Oil prices fell on Thursday after industry data showed a larger-than-expected build-up in the U.S. inventories, but losses were limited after China said it hoped to reach a phased trade agreement with the United States as early as possible.
Global benchmark Brent crude oil was down by 39 cents at $59.03 a barrel by 0837 GMT. U.S. WTI crude oil was down 43 cents at $52.93.
U.S. crude inventories soared by 10.5 million barrels to 432.5 million barrels in the week to Oct. 11, the American Petroleum Institute’s weekly report showed ahead of official government stocks data due on Thursday.
Analysts had estimated U.S. crude inventories rose by around 2.8 million barrels last week.
“An enormous U.S. inventory build hits at precisely the wrong moment when the markets are overly focused on demand devastation due to the latest run of weaker global economic data,” Stephen Innes, Asia Pacific market strategist at AxiTrader, said in a note on Thursday.
If confirmed by the government data, the build-up would be the biggest U.S. inventory increase since February, 2017, Innes said.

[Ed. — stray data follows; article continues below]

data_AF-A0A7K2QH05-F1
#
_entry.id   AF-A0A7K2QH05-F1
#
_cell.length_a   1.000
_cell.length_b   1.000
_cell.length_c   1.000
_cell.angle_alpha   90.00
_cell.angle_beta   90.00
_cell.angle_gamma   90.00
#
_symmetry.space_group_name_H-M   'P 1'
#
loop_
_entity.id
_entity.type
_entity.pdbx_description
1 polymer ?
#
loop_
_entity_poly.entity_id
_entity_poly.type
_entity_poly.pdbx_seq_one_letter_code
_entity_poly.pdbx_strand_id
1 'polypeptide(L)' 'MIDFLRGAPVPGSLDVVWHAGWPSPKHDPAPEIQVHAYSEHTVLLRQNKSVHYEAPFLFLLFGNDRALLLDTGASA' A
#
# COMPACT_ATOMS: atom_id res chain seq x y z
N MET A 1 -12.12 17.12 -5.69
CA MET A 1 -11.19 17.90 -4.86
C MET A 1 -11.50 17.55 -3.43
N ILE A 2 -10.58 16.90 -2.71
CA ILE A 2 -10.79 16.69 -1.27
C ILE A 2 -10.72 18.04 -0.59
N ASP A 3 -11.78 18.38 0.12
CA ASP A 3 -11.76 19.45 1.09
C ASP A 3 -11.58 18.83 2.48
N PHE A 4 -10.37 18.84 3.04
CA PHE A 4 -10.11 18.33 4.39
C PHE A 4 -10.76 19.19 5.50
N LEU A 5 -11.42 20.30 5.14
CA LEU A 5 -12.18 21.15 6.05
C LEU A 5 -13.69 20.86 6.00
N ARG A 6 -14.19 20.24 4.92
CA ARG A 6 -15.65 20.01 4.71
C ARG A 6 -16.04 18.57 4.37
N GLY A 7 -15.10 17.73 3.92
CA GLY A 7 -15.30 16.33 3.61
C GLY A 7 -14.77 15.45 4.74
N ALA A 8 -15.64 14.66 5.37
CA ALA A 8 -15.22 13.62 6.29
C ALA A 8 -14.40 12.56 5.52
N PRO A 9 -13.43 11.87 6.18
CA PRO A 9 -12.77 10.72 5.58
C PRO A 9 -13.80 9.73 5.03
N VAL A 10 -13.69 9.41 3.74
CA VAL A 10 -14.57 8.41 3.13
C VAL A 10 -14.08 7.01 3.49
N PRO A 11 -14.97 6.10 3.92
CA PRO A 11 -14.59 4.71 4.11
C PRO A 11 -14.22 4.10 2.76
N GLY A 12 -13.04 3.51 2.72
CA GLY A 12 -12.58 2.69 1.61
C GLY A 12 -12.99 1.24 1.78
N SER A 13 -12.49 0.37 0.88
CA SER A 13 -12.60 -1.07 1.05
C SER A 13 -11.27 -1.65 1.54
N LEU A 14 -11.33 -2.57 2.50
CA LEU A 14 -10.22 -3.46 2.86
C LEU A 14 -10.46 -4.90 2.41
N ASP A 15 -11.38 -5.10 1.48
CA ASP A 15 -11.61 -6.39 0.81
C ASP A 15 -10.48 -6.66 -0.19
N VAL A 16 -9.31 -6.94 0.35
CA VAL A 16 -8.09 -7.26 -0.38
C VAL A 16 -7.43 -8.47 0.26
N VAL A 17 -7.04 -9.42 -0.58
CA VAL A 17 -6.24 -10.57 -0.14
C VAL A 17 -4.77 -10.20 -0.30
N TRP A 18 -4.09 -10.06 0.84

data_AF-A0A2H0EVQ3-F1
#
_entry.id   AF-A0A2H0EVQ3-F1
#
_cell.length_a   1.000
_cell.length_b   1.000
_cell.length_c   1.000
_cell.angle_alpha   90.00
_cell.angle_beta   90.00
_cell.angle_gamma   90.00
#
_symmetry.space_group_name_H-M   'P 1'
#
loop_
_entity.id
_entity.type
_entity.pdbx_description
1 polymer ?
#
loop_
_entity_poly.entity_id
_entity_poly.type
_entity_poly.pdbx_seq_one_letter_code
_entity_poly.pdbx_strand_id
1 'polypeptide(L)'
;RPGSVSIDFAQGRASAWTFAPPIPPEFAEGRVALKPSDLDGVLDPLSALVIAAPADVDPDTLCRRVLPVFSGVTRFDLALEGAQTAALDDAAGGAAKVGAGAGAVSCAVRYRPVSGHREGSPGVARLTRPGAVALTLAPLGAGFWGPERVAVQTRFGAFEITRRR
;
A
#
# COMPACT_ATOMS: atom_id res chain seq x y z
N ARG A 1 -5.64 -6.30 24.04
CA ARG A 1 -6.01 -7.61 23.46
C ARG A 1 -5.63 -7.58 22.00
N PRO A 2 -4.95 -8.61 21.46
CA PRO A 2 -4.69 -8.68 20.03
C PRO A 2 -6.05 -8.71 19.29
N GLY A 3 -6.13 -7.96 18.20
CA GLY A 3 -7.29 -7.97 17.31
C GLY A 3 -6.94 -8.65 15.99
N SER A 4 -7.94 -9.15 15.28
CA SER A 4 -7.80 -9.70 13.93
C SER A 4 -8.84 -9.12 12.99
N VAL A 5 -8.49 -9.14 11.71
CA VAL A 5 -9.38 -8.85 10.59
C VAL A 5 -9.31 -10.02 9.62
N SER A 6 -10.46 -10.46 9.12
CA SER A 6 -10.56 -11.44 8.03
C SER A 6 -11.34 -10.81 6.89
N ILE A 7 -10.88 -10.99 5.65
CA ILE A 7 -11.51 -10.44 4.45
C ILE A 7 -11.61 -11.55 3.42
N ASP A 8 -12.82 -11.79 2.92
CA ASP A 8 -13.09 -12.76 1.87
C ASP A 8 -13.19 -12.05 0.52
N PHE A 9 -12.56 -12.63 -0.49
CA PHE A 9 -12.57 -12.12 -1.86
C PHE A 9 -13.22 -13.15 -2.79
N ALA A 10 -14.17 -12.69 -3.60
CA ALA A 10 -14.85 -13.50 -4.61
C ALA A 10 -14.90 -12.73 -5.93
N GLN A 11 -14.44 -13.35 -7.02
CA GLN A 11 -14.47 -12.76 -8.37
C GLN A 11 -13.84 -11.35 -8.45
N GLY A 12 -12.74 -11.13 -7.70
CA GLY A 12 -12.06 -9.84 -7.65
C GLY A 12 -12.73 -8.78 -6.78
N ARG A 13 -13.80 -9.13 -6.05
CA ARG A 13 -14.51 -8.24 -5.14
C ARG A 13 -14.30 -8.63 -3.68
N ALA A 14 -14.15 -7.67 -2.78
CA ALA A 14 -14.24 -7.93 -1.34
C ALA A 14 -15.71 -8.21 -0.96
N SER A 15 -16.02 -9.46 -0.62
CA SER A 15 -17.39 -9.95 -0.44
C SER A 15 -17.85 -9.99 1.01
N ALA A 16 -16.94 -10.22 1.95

It comes amid concerns about the global economy - and therefore oil demand - as data from the United States showed retail sales fell for the first time in seven months in September. That followed earlier data showing a moderation in job growth and services sector activity.
Still, hopes of a potential U.S.-China trade deal helped offset oil price losses. China’s commerce ministry said on Thursday that China hoped to reach a phased agreement with Washington as early as possible, and make progress on cancelling tariffs on each others’ goods.
“Overall, we are seeing a more constructive picture both in terms of the demand side of the equation with the partial agreement from the U.S. (and) also from a technical point of view. (Prices) are at close to the bottom end of trading range rather than the top,” said Michael McCarthy, chief market strategist at brokerage CMC Markets in Sydney.
Optimism over an imminent deal on Brexit, Britain’s exit from the European Union, also provided some support, but investors remained tense after Northern Ireland’s Democratic Unionist Party said it could not support the proposed agreement.
“Brexit headlines continue to provide mixed signals despite a deal looking more likely when compared to a week ago,” said Hussein Sayed, market strategist at FXTM.
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